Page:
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The G-Wagen is one of the most luxurious premium SUVs available. With a hefty price-tag starting at $124,500, it also has a lot of unique features that few SUVs can claim. Sure, there are two powerful V8 engines to choose from, but according to Engineering Explained, it will also make you feel like a supervillain.

Engineering Explained goes on to review just how the G-Wagen can climb the 100% grade incline that Mercedes claims it can. This feat of German engineering was accomplished with a potent mix of a powerful engine, an impressive braking system, and well-designed tires.

A 100% grade

When automakers talk about the percentage grade of a hill, they use the mathematical term for a grade. In short, as Engineering Explained says, a 100% grade just means a slope that’s at a 45-degree angle. A car driving up this slope is still impressive because of how physics works. 

A car that’s driving on a perfectly flat road should be able to accelerate at about one g of force. A car that’s ascending uphill won’t be able to accelerate at all because gravity will push the car down. However, a car driving at a 45-degree angle — exactly in the middle of those extremes — will be stuck between those two forces. 

The only way a car can overcome that tug-of-war is to accelerate with a force of over one g, and that’s exactly what the G-Wagen can do. 

Mercedes-Benz G-Wagen’s power

The first step to this feat involves having an engine that’s powerful enough for the job. The G550 driven in the video comes with a 4.0-liter 416-hp V8, which provides 450 lb-ft of torque. This isn’t a dumb engine either, as the its placement is a big reason why the G-Wagen can climb a 100% grade slope.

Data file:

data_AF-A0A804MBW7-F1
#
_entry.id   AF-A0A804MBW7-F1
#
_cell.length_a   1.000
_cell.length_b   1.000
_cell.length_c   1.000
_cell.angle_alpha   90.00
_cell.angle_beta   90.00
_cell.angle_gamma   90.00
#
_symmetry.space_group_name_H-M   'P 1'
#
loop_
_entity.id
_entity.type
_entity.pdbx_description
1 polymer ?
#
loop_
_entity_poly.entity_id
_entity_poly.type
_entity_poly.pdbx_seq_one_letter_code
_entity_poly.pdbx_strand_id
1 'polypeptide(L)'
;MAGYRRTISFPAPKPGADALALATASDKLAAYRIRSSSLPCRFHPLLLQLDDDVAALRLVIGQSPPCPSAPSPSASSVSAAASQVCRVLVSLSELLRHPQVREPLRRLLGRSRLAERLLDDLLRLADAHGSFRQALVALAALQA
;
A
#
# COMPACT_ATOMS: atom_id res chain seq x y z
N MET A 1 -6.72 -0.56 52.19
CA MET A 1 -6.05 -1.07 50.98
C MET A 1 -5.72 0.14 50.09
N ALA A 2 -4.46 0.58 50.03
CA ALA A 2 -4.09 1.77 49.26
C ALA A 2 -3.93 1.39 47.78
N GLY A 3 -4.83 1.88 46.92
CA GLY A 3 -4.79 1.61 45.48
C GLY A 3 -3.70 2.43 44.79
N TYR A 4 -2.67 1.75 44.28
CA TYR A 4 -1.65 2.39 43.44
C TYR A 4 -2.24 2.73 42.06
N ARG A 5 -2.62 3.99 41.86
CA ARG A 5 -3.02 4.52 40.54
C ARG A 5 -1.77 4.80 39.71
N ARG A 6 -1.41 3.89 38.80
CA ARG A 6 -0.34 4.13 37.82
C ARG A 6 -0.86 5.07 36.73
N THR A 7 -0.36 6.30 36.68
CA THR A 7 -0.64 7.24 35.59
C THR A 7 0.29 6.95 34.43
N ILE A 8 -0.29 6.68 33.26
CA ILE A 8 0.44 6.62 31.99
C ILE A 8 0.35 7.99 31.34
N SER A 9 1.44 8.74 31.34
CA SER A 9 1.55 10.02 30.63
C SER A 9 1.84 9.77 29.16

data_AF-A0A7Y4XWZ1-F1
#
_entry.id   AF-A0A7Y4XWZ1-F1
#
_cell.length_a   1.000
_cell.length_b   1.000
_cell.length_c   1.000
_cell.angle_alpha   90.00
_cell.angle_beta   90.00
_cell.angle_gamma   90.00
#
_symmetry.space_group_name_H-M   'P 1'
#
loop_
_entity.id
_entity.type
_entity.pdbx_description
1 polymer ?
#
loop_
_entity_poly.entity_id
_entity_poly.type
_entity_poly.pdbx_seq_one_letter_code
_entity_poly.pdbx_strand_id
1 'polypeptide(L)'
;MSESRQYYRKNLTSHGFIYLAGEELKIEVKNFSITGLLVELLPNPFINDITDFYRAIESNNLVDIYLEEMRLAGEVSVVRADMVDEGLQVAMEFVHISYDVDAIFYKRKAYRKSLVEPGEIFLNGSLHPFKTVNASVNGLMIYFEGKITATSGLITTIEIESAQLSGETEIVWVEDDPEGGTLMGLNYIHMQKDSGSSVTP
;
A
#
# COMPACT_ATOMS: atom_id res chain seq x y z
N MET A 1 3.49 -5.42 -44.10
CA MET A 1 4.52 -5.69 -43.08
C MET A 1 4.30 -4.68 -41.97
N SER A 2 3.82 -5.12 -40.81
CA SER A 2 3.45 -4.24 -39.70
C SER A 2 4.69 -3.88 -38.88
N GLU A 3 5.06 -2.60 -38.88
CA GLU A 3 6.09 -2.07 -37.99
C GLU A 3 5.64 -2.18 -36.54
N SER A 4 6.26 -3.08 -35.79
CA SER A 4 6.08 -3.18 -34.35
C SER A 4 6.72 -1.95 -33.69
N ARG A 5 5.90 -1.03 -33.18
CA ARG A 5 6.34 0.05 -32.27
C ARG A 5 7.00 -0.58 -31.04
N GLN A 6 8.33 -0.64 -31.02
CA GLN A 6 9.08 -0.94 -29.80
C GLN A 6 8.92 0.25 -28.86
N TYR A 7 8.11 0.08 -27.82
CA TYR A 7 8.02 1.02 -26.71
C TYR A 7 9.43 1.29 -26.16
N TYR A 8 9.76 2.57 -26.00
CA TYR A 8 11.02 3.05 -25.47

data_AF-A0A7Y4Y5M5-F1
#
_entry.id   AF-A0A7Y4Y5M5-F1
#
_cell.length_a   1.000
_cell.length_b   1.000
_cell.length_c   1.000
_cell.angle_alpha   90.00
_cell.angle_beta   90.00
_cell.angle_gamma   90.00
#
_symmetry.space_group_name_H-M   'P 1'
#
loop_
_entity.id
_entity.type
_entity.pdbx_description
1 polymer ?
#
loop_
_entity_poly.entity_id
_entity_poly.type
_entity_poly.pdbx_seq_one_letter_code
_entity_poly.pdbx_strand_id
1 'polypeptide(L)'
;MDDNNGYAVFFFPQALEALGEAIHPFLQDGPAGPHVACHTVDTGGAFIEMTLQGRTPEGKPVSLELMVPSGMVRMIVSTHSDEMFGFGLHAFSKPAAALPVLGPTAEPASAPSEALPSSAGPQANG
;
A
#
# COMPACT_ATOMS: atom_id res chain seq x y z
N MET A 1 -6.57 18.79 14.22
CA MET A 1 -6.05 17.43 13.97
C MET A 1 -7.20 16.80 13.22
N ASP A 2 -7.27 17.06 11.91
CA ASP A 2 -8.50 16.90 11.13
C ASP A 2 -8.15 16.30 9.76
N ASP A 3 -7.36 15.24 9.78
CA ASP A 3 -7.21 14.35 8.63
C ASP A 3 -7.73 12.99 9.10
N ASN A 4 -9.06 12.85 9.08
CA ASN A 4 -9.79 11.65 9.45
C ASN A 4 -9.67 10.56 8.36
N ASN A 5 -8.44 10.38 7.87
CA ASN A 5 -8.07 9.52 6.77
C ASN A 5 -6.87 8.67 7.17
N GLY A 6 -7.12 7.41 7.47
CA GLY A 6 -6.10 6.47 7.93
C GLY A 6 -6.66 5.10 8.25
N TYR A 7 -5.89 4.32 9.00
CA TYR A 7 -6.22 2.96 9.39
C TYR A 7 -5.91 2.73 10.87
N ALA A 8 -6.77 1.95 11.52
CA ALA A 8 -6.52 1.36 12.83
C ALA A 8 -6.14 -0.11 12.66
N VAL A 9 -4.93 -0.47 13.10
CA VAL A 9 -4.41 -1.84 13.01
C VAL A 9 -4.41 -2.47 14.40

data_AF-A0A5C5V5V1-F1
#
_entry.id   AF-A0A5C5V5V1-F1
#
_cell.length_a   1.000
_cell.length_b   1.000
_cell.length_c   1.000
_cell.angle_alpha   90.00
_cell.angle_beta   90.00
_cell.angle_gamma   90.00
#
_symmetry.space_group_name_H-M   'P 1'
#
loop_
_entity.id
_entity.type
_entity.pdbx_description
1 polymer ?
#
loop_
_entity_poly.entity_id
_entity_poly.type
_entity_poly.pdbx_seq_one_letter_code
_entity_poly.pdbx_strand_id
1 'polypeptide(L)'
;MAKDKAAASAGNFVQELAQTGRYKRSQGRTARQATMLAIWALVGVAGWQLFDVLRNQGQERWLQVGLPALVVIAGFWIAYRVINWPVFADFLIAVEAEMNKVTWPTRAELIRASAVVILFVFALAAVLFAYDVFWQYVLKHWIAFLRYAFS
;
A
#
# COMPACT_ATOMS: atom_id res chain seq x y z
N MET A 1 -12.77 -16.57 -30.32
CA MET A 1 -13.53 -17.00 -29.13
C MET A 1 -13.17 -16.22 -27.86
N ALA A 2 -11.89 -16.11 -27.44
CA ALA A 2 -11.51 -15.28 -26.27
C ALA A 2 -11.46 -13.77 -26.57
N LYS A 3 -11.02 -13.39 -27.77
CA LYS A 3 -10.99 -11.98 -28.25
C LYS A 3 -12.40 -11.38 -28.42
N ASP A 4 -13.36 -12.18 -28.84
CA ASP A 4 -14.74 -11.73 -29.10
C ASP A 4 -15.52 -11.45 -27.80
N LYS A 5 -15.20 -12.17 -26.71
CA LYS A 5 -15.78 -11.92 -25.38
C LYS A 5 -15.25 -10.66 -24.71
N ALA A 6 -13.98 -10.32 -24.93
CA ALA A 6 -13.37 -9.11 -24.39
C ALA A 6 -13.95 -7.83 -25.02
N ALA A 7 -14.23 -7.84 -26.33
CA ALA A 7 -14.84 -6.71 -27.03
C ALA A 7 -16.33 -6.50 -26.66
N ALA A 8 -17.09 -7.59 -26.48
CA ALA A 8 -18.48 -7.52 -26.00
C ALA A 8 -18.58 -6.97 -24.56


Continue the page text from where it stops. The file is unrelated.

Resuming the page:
If the engine was placed outside the G-Wagen’s center of gravity, then the SUV would tip over as you try to drive it up a 100% grade incline. That’s why Mercedes placed the engine near the front of the car. Its heavy mass anchors the car as it’s driving up the slope. 


The brakes on this G-Wagen have to be as powerful as the engine. Otherwise, the force of gravity would hold the car back. In the Engineering Explained video, he tests the brakes to see their power. Despite using the wrong tires, he was still impressed by the G-Wagen’s braking system. 

At 60 miles per hour, he could slow the car to a full stop in just 130 ft. At 30 miles per hour, he was able to do that in just 32.5 ft. If he’d used the correct set of standard high-grip tires, then he could’ve slowed the car to a stop much earlier. 


The reason why those high-grip tires are necessary is simple. A high-grip tire will hold onto a slope much more easily than the tires he drove during the test. That way, driving up the incline becomes easier as the force of gravity fights against the tires’ grip. Again, those high-grip tires come standard with the G-Wagen, so it was unlucky that Engineering Explained drove with alternative tires.

All these reasons make it possible for the G-Wagen to accomplish the impressive feat of conquering a 100% grade incline.